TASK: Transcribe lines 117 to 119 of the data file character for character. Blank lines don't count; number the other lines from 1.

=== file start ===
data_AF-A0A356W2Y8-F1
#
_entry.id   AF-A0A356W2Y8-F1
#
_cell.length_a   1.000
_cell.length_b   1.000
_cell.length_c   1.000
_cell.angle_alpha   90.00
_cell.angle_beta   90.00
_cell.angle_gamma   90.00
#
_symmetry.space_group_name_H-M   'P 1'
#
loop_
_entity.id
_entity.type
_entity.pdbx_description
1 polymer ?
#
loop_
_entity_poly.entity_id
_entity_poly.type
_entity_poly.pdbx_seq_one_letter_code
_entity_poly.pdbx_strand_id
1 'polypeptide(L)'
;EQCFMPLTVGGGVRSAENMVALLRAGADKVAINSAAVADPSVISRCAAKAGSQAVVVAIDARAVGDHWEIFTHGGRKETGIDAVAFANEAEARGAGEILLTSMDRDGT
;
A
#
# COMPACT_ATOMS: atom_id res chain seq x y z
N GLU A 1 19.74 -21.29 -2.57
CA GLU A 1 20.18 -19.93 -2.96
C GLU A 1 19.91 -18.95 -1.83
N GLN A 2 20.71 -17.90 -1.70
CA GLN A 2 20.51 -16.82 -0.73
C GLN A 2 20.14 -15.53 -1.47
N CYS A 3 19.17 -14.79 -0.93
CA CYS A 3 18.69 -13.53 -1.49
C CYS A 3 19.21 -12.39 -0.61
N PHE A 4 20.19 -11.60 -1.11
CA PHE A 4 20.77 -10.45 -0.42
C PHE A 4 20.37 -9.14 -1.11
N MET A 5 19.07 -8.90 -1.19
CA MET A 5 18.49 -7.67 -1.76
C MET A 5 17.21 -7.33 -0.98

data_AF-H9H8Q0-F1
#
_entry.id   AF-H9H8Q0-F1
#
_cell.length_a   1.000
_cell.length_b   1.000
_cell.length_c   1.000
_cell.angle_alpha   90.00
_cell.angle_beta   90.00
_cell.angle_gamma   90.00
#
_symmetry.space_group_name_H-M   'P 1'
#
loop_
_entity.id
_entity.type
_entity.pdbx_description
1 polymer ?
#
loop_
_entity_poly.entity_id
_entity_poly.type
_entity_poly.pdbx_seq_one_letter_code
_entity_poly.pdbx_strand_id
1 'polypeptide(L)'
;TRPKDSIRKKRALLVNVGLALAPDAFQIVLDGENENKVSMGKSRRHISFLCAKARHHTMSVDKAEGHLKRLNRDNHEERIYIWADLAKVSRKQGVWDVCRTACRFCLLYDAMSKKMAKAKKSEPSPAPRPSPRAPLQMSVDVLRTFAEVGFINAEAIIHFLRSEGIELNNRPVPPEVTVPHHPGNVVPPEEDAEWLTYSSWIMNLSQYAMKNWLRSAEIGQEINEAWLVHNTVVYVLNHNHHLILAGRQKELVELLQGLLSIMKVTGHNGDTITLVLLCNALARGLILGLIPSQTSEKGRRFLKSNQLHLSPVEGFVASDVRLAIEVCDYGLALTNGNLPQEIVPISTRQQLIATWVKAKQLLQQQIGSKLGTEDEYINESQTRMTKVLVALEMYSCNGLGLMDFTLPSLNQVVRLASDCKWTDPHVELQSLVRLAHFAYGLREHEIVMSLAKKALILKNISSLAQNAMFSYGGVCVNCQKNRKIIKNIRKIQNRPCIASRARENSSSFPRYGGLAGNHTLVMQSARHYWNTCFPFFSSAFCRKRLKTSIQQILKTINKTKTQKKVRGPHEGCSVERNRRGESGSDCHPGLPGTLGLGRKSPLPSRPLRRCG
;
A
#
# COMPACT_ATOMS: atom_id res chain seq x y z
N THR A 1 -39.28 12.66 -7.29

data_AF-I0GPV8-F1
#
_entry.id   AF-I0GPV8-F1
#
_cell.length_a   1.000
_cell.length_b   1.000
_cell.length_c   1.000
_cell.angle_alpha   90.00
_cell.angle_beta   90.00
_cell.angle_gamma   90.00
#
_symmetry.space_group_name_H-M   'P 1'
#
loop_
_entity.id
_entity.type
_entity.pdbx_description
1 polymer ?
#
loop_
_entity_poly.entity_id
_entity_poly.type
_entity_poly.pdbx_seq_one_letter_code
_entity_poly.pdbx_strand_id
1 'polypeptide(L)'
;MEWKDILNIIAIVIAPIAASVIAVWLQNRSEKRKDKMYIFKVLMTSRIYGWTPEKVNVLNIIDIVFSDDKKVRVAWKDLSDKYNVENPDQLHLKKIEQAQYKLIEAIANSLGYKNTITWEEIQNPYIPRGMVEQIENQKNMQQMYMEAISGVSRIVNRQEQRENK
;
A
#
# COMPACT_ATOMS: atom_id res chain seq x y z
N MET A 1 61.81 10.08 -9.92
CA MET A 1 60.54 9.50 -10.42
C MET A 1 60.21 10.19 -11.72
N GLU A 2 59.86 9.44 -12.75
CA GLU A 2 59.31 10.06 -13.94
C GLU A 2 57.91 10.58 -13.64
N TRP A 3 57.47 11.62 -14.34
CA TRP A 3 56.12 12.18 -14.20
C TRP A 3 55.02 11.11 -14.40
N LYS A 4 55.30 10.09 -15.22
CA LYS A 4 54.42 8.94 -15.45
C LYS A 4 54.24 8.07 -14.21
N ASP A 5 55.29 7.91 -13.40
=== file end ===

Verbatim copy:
CA LYS A 4 54.42 8.94 -15.45
C LYS A 4 54.24 8.07 -14.21
N ASP A 5 55.29 7.91 -13.40